Horse sense

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Horse sense

From polo and portraits to droving, Rosie Wingrove Johnston has been painting her environment for 20 years.

Story By Kathy Mexted

Sixteen farmers, a baby and a dog lined up near the mailbox at Riversleigh, 20 kilometres west of Forbes, NSW. The 2012 District Exhibits Competition at Sydney’s Royal Easter Show called for entries depicting The Year of the Farmer and Rosie Wingrove Johnston had an idea. That idea wasn’t clear to the assembled mob, mostly Rosie’s neighbours, but they knew to trust the camera-wielding artist who stood before them. Rosie believes those shots captured the essence and diversity of farming in the district. “I produced a design and created a scaled miniature,” she says. “There was ‘the big guy’ who does everything ‘big’ on his farm, the young farmer with dreadlocks, a female farmer with a kelpie, and my neighbours Julie and David Black. I loved Dave’s presence; his stance, big smile and the way he held his daughter. To me they were a classic representation.”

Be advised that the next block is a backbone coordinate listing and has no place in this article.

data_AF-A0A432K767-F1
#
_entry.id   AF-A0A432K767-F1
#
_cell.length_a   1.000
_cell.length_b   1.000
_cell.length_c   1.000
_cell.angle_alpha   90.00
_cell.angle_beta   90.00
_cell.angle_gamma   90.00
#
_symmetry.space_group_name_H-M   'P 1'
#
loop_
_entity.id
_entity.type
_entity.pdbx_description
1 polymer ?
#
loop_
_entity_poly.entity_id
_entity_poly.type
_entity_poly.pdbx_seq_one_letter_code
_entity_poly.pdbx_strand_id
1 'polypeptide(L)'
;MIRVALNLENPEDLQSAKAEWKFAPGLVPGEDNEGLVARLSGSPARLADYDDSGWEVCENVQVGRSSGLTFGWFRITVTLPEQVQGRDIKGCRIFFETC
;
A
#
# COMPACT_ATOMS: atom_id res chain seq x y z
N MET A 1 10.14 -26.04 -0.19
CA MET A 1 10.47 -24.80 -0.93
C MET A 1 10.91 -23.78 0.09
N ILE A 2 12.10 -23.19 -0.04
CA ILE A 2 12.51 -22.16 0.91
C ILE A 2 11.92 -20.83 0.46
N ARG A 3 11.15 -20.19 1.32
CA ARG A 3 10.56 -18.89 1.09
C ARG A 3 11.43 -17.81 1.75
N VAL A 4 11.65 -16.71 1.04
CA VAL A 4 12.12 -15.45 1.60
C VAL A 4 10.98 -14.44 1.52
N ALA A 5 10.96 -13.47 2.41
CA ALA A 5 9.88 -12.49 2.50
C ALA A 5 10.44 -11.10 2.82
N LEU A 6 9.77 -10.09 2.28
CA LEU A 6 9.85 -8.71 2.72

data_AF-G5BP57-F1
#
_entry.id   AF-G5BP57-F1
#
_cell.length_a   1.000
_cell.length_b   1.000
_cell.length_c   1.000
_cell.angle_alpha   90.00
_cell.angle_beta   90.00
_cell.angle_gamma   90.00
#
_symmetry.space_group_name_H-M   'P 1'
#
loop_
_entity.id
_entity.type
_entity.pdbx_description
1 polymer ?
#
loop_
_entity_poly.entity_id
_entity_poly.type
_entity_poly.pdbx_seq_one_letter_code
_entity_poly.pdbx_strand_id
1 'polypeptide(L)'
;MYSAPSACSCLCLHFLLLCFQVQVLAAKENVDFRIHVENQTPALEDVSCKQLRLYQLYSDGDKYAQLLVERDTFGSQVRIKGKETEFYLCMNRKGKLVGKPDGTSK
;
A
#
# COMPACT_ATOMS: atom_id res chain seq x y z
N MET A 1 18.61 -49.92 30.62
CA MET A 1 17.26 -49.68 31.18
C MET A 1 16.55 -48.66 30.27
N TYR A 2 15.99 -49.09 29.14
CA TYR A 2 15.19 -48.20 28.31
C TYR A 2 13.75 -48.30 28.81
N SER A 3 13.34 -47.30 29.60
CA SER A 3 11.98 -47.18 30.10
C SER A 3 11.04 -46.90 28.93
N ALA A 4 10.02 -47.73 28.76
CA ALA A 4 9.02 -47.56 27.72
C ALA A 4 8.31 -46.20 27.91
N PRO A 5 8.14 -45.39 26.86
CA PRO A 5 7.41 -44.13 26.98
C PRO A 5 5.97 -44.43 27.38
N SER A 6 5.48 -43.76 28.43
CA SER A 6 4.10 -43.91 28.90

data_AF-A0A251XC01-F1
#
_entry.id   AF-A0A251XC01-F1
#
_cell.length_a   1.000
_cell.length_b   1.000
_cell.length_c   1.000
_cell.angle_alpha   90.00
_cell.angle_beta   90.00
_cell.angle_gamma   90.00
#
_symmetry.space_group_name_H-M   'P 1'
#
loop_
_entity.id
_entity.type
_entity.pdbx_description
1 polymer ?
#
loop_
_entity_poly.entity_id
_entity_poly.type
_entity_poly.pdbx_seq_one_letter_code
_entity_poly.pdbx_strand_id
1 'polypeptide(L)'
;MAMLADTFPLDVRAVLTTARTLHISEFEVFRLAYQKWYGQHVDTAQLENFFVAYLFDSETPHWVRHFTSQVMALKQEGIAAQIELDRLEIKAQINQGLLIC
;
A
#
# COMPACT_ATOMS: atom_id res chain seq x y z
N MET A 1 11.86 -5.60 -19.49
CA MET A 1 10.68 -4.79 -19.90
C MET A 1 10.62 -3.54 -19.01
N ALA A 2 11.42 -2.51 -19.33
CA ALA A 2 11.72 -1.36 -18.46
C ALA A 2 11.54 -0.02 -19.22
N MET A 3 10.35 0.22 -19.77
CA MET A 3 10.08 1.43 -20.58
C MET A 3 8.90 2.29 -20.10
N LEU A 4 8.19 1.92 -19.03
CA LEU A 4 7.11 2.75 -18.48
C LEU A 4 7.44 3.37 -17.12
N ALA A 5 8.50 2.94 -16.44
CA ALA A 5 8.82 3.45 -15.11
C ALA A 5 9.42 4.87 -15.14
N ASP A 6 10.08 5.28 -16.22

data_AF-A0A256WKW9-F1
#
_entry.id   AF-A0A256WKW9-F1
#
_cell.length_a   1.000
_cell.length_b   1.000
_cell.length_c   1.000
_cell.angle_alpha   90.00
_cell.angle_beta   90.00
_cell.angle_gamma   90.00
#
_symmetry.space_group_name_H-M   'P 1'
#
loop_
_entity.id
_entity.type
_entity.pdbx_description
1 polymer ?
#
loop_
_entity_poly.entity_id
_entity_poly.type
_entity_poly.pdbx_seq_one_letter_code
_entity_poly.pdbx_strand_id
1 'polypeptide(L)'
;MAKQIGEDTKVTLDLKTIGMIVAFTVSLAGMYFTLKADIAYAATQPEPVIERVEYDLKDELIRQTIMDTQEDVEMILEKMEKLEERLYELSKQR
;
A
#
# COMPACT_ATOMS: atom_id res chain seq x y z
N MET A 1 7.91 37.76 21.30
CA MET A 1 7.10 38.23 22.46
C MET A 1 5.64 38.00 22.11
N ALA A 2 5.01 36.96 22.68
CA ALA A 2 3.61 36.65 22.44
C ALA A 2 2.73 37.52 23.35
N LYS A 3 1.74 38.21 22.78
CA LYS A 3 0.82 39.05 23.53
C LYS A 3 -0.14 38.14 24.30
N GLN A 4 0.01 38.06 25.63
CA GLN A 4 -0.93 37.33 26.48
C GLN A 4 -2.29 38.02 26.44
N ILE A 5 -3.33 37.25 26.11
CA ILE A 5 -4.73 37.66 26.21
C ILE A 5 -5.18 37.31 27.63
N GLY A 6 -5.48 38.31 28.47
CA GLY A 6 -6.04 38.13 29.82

Rosie then roughly painted the scene onto 15 dramatic life-sized panels and, together with project partner ‘Lizzie’ Ridley and other volunteers, used six shades of layered fleece to create a 17-metre x 3m sepia scene. The entry won the People’s Choice Award and the artwork was purchased by Forbes Shire Council to adorn the wall of a new retail complex in town.

This story excerpt is from Issue #80

Outback Magazine: Dec/Jan 2012

2016-09-30T09:30:36+00:00July 31st, 2014|Categories: Art, Stories|Tags: |
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